# Acceleration Question -- How to label the vectors of motion...

1. Sep 17, 2015

### cvc121

On a velocity-time graph, if an object is speeding up in the negative direction (let's say West), the acceleration that is calculated will be negative. To show the direction, would we put [West] or [East]? Also, if the object is slowing down in the negative direction (let's say West again), would we put [West] or [East] after calculating a positive value for acceleration. A little bit confused about this...

2. Sep 17, 2015

### andrewkirk

Strictly speaking, when we say that 'the acceleration is negative' we actually mean 'the component of acceleration in the direction I just recently mentioned points in the opposite direction to that direction'. That direction that has just been mentioned is usually the positive direction of an axis of a particular coordinate system. In your example, it's the positive direction of the x axis.

Vectors do not have positive or negative signs. They are better thought of as a specified direction and magnitude. Signs only arise when we look at the component of a vector in a given direction. When we represent a vector as a triple of numbers, the numbers can be negative, but the numbers are not the vector. They are just a representation of it in a particular coordinate basis. If you keep this in mind you can avoid confusion.

It is common in basic mechanics for people to talk about 'negative acceleration' but that is just a shorthand for saying the projection of the acceleration vector on the vector pointing along the positive directional axis points in the opposite direction to that axis. Or in symbols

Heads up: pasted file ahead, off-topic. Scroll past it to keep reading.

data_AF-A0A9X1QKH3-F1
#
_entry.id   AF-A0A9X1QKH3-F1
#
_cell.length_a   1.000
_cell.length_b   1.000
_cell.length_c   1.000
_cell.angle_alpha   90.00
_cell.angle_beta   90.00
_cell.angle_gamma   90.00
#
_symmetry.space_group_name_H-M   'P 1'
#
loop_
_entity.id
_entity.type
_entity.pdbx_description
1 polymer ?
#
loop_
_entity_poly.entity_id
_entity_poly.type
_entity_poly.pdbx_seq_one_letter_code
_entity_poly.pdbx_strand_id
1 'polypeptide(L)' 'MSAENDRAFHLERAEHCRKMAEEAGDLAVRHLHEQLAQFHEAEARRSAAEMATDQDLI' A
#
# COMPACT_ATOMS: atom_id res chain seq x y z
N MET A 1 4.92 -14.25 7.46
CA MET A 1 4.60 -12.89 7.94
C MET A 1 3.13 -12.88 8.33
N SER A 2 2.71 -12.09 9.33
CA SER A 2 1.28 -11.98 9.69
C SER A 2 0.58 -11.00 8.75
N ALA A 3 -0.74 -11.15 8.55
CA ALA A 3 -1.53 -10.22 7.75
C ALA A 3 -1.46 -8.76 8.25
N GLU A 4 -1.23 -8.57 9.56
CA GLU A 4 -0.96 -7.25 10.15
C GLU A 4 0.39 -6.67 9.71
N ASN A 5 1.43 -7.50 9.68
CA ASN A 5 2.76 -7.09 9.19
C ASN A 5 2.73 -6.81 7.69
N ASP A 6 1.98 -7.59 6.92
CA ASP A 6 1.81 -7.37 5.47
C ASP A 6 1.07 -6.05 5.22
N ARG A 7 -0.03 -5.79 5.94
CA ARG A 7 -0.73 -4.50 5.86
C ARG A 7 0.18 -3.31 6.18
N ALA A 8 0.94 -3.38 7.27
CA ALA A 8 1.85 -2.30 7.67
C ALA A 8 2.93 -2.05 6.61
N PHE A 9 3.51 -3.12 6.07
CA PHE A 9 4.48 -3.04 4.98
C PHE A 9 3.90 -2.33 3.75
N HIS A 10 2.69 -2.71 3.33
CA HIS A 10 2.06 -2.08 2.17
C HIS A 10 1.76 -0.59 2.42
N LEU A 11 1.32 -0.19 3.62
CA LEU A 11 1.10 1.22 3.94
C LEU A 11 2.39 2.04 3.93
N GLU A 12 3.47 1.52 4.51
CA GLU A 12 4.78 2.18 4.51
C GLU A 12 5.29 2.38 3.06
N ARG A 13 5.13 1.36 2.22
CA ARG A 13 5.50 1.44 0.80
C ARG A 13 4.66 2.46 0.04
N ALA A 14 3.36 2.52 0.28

$$\vec{a}\cdot \vec{e}_x<0$$

where the dot represents the vector dot product (aka inner product or scalar product) and $\vec{e}_x$ is the unit vector pointing in the positive direction of the x axis.

3. Sep 17, 2015

### cvc121

Taking the time interval A (8-10s) for example, calculating the slope of the line gives us an acceleration of 1m/s2. The positive direction in this case is East. Since the object is slowing down in the West direction, would I be correct in saying that a= 1m/s2 [West]? If it was speeding up in the West direction, a= -1m/s2 [West]?

Last edited: Sep 17, 2015
4. Sep 17, 2015

### cvc121

Here is the graph.

#### Attached Files:

• ###### 20150917_211742[2].jpg
File size:
36.1 KB
Views:
77
5. Sep 17, 2015

### andrewkirk

No. The slope of the line in that region is the component of the acceleration in an Easterly direction. So acceleration is $1ms^{-2}$ Easterly. It is the velocity vector that points West in that region of the graph, not the accel vector.

6. Sep 17, 2015

### cvc121

Ok, thanks. Just to confirm, is the acceleration between 7-8 seconds -5m/s2 [East]?

7. Sep 17, 2015

### andrewkirk

Yes

8. Sep 18, 2015

### nasu

The acceleration is pointing East. There is no point to put a minus there. You are using E and W to indicate direction and not plus and minus. You have to pick one convention and stay with it.

9. Sep 18, 2015

### Staff: Mentor

If I saw something like "-5 units East", I'd interpret it as equivalent to "+5 units West". One way such a thing could arise is in subtracting one vector from another:

(5 units East) - (10 units East)
= (-5 units East)
= (+5 units West)

10. Sep 18, 2015

### andrewkirk

In the time period to which the poster was referring (7-8 seconds) the acceleration is pointing West.

11. Sep 19, 2015

### nasu

You are right. Then just put the direction as West.